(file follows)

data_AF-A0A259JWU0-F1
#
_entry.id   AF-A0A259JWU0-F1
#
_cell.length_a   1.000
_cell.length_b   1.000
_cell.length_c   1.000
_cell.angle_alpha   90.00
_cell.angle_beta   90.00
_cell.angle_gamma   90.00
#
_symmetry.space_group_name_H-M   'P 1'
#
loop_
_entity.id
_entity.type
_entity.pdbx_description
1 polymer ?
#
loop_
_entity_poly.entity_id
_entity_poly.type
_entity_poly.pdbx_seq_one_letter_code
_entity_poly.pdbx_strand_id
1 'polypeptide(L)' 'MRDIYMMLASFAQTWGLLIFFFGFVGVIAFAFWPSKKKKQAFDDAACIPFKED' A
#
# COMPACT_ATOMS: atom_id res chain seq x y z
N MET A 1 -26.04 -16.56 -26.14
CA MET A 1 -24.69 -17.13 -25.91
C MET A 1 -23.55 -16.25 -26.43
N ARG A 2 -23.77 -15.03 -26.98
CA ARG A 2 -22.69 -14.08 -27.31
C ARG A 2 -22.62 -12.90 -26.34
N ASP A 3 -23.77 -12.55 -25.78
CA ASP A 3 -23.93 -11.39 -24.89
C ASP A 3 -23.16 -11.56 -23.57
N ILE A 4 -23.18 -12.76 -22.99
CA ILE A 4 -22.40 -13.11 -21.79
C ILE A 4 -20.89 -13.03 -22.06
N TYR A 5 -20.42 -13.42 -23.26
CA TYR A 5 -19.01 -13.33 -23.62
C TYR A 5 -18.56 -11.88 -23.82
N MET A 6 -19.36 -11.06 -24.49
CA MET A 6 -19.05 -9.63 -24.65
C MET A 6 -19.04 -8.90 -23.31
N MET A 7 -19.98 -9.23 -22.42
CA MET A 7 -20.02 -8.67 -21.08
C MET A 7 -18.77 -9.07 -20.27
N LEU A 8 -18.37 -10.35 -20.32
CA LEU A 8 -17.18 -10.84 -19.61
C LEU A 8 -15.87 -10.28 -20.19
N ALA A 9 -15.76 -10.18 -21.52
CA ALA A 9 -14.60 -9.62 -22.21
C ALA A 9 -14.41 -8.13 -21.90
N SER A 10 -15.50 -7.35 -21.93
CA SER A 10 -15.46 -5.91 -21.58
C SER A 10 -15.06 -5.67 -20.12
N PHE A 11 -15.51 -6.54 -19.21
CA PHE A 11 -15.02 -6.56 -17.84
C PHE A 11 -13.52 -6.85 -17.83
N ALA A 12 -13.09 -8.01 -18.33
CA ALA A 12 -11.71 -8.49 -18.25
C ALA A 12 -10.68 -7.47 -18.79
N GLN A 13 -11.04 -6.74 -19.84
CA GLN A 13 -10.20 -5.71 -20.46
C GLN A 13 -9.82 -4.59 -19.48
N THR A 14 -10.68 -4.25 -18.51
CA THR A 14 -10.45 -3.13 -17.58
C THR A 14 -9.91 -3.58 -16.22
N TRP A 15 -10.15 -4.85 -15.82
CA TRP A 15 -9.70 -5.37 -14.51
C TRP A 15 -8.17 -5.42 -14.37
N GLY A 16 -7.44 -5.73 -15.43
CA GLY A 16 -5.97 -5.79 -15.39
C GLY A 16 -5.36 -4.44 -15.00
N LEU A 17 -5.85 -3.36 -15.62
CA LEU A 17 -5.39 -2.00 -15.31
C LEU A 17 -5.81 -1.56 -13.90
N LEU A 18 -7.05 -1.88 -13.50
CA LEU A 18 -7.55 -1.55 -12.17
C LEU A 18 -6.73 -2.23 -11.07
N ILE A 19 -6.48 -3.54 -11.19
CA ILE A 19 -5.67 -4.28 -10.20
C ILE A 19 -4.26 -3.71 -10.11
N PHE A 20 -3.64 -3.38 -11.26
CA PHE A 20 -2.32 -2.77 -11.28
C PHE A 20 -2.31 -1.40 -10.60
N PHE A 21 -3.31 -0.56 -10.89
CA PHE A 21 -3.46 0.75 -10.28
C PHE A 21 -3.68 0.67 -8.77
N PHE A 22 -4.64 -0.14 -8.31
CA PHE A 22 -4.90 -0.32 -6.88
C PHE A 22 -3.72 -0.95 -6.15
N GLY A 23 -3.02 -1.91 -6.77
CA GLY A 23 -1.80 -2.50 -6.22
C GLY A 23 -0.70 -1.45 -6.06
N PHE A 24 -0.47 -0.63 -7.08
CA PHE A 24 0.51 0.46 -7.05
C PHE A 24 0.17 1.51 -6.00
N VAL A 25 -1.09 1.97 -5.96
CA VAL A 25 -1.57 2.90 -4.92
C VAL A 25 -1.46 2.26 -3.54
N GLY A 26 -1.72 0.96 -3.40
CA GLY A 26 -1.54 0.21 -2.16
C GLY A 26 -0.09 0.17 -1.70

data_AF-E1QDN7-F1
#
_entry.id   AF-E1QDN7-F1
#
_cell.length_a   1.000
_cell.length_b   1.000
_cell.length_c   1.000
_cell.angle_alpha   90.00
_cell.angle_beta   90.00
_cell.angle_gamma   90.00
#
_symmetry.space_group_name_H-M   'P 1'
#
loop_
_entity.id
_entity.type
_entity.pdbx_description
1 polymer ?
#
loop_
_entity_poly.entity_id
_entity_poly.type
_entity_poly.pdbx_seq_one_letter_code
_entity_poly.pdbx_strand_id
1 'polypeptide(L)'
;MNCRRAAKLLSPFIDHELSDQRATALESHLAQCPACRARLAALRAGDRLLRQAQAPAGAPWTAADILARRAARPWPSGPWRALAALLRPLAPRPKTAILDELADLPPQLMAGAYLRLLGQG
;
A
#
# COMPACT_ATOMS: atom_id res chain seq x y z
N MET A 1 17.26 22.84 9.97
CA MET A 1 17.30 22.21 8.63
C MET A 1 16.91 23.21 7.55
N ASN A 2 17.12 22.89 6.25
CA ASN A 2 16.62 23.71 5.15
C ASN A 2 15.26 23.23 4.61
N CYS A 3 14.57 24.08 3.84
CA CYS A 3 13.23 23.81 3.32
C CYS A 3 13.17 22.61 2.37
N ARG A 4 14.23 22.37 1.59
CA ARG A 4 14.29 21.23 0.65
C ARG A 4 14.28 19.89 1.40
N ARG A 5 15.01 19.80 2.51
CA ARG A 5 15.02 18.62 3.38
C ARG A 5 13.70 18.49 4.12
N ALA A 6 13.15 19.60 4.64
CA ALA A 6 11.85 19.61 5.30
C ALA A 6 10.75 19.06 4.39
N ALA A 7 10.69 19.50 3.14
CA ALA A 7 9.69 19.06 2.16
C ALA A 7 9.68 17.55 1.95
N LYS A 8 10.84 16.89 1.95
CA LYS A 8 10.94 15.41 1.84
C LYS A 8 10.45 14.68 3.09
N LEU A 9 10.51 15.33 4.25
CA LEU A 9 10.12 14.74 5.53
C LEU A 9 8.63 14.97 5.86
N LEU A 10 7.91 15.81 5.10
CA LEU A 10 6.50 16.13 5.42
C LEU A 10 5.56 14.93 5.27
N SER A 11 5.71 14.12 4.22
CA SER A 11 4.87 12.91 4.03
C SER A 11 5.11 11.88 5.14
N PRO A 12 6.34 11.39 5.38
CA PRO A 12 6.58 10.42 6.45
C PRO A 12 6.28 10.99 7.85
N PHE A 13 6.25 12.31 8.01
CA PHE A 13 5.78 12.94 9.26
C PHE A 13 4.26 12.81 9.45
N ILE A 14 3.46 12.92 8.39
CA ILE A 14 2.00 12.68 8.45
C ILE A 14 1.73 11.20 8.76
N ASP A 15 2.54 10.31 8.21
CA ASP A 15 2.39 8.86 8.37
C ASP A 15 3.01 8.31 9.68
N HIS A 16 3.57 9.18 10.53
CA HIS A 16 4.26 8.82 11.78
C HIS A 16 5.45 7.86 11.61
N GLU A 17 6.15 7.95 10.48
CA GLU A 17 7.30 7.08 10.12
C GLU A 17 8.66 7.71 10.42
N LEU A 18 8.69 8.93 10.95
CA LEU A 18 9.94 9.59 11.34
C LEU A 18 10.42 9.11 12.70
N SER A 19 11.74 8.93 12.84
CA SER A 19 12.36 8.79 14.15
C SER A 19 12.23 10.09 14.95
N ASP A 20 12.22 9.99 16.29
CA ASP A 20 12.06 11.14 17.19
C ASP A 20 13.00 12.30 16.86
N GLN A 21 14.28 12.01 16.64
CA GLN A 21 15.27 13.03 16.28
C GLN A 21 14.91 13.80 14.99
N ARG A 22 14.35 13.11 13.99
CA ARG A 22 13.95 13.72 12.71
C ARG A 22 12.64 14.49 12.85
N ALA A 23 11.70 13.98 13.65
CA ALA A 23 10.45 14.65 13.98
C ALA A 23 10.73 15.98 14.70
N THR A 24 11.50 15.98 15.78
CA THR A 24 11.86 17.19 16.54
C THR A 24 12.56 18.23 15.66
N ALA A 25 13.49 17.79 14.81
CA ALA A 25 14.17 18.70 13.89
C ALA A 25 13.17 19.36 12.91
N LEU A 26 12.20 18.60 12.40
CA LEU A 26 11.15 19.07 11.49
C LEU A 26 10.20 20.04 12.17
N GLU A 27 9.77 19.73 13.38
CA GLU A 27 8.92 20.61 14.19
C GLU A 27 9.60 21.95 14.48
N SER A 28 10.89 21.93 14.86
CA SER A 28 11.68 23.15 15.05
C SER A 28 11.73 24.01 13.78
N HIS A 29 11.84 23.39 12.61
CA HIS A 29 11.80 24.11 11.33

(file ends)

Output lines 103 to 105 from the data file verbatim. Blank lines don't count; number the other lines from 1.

N GLY A 26 -1.72 0.96 -3.40
CA GLY A 26 -1.54 0.21 -2.16
C GLY A 26 -0.09 0.17 -1.70